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December 18, 2012  |   Comments (1)   |   Post a comment

State school bus stop laws compiled

By Thomas McMahon

A new research document sheds light on the differences in states' regulations on stopping for stopped school buses.Photo by Bob Markwardt

A new research document sheds light on the differences in states' regulations on stopping for stopped school buses.
Photo by Bob Markwardt

PENSACOLA, Fla. — A new research document sheds light on the differences in school bus stop laws from state to state.

Patrick Willi, director of School Training Solutions, told SBF that the idea for the project came to him at the National Association of State Directors of Pupil Transportation Services (NASDPTS) conference in Memphis, Tenn., in October.

During a conference session on the latest national stop-arm running count, which found more than 88,000 violations in a day, it was noted that some violations are a result of motorists not knowing the law.

"Before that discussion, it had never dawned on me that many people don't know that they're supposed to stop," Willi said.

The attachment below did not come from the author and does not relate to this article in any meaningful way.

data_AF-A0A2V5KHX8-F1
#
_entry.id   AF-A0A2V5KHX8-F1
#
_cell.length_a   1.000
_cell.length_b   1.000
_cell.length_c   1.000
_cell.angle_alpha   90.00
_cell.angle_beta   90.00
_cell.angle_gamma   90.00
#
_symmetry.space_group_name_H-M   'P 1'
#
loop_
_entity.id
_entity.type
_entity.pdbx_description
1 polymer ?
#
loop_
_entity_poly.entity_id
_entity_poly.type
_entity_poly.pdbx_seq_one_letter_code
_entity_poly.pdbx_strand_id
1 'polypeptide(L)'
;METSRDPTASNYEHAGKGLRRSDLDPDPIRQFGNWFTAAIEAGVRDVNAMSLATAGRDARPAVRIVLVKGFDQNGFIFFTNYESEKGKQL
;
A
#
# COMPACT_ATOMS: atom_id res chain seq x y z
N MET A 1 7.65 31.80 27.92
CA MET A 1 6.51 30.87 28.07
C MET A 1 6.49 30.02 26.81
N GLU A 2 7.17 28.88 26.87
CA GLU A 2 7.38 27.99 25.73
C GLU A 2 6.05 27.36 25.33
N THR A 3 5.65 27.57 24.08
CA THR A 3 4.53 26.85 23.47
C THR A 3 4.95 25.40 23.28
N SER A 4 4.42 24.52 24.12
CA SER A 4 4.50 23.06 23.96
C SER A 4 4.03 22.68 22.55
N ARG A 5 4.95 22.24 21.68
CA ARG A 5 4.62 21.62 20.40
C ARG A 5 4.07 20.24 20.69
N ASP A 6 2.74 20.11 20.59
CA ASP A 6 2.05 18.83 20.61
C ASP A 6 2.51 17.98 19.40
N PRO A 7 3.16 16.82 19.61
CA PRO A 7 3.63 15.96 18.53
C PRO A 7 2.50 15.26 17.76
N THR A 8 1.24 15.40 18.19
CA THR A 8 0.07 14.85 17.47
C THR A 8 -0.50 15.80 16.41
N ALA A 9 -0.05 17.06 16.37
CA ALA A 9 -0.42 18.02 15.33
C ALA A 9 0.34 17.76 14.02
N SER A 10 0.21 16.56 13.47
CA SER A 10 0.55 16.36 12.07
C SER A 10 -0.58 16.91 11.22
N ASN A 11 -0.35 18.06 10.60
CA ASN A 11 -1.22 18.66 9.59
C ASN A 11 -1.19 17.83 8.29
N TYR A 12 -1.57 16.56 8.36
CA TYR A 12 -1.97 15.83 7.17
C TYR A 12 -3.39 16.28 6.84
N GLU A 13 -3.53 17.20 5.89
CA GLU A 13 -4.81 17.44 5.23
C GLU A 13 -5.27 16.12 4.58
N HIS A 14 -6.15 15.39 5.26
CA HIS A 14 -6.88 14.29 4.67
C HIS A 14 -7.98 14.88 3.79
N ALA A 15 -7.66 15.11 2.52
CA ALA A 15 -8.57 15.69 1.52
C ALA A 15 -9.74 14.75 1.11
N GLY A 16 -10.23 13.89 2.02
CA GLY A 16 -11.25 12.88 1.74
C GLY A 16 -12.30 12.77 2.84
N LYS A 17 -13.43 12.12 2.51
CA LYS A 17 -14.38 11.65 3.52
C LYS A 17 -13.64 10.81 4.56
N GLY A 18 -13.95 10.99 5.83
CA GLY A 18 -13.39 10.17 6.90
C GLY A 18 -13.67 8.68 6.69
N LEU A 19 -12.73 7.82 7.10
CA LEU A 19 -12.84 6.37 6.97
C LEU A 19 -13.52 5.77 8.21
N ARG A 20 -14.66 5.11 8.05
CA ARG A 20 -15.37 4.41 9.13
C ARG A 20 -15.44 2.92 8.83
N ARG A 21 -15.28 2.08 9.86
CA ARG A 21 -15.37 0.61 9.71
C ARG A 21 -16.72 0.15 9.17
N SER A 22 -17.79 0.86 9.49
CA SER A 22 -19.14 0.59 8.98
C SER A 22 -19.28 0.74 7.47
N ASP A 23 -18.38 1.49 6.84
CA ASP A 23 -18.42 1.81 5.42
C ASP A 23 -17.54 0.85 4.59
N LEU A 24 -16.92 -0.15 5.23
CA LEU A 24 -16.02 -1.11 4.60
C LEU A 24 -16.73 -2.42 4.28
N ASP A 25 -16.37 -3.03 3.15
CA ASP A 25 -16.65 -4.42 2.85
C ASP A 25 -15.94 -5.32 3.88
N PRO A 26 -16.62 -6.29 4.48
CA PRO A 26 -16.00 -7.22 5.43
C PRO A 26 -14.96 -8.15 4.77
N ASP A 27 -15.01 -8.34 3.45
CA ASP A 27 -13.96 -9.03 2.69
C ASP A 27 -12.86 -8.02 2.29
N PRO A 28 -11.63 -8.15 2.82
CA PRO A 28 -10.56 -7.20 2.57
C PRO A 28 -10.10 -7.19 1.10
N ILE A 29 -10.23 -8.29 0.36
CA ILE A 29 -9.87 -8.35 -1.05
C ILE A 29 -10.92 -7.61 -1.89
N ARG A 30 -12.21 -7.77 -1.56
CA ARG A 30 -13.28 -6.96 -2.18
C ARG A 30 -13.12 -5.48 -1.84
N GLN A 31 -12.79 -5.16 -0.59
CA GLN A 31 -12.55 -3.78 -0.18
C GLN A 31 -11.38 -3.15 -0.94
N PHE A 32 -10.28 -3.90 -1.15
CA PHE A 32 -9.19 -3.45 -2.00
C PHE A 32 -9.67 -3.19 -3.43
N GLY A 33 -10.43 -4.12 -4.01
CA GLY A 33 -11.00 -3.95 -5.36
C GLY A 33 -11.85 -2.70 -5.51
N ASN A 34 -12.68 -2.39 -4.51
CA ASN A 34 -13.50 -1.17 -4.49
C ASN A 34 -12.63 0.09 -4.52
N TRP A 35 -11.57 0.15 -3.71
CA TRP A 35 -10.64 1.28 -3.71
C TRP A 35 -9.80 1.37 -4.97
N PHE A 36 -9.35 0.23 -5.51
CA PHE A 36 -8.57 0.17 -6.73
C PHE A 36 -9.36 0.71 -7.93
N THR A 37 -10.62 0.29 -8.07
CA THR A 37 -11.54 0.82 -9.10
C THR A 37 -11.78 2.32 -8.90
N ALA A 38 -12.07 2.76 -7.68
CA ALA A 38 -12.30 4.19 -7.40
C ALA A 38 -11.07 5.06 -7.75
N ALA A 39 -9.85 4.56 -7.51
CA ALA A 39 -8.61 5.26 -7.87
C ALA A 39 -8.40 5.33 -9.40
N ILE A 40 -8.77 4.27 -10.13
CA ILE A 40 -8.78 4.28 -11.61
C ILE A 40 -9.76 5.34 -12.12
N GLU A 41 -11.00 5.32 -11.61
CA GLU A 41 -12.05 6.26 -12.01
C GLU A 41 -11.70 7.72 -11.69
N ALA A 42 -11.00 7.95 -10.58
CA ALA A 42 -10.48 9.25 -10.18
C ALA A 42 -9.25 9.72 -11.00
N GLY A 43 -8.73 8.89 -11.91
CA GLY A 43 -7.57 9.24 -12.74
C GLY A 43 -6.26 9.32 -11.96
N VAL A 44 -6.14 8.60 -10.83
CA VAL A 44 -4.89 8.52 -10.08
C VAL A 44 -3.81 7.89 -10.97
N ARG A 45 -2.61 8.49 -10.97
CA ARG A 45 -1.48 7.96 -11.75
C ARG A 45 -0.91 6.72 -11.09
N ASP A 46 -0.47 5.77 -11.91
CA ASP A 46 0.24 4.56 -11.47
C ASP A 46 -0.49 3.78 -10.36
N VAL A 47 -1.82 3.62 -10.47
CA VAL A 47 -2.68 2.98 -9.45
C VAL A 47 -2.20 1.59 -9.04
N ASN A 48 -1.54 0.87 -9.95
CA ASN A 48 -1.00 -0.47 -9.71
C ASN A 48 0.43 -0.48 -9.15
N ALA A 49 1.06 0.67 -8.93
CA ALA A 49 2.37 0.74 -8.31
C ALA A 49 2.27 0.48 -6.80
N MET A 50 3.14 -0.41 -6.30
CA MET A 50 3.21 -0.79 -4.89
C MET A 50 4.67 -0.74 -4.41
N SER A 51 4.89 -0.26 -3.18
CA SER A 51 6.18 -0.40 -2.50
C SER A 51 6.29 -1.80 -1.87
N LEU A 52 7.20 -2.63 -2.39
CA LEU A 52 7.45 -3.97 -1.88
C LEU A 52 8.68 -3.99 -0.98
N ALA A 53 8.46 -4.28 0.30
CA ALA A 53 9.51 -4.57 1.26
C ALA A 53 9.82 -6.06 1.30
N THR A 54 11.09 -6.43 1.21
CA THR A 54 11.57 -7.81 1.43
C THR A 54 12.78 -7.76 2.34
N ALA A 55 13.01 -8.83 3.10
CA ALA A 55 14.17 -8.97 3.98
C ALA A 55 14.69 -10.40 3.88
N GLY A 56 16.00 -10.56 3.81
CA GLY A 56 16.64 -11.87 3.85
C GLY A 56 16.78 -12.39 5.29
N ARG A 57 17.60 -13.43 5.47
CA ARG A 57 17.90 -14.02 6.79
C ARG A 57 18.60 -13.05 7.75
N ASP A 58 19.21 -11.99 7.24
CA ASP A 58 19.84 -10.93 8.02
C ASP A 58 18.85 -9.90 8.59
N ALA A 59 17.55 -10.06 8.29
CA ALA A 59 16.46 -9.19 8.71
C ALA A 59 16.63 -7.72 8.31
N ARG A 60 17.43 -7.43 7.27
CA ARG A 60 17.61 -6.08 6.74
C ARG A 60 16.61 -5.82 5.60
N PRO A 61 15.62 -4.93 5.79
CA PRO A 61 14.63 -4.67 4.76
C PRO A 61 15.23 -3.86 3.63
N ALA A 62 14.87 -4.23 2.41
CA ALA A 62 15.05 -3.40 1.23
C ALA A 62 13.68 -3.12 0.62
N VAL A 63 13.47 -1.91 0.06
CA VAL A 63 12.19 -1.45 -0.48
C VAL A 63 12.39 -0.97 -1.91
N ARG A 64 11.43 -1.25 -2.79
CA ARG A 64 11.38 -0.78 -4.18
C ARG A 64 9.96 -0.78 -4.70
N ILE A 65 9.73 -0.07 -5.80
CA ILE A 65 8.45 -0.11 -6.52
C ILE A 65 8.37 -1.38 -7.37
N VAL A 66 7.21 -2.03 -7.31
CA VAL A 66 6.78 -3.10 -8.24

Also noted during the NASDPTS session was that the association didn't have a list of all of the different state regulations on stopping for school buses.

"When I got back from Memphis, our team started researching and compiling the existing laws," Willi said.

The team at School Training Solutions, which provides online training programs for school bus drivers and other district employees, found the official driver manual for each state. The portions on when and where to stop for stopped school buses were compiled into a document that gives an insightful overview of the requirements across the nation.

"I knew the laws varied, but I didn't know they varied that much," Willi said.

School Training Solutions submitted the document to NASDPTS, which disseminated it to members. The free PDF can be downloaded here.

"I wanted to be able to give NASDPTS something that they could use to illustrate what one of the underlying issues could be," Willi said. "I'd also love to see people use it to refresh themselves on when they should be stopping."

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This is a fine example of why the school bus stop arm laws need to be federally uniformed for ALL States to use the same basic understanding of stopping for school buses loading and unloading passengers. ALL States would then be on the same page in educating motorist vehicle operation on road ways. What would be wrong with this approach?

Dan Luttrell    |    Dec 19, 2012 03:32 PM

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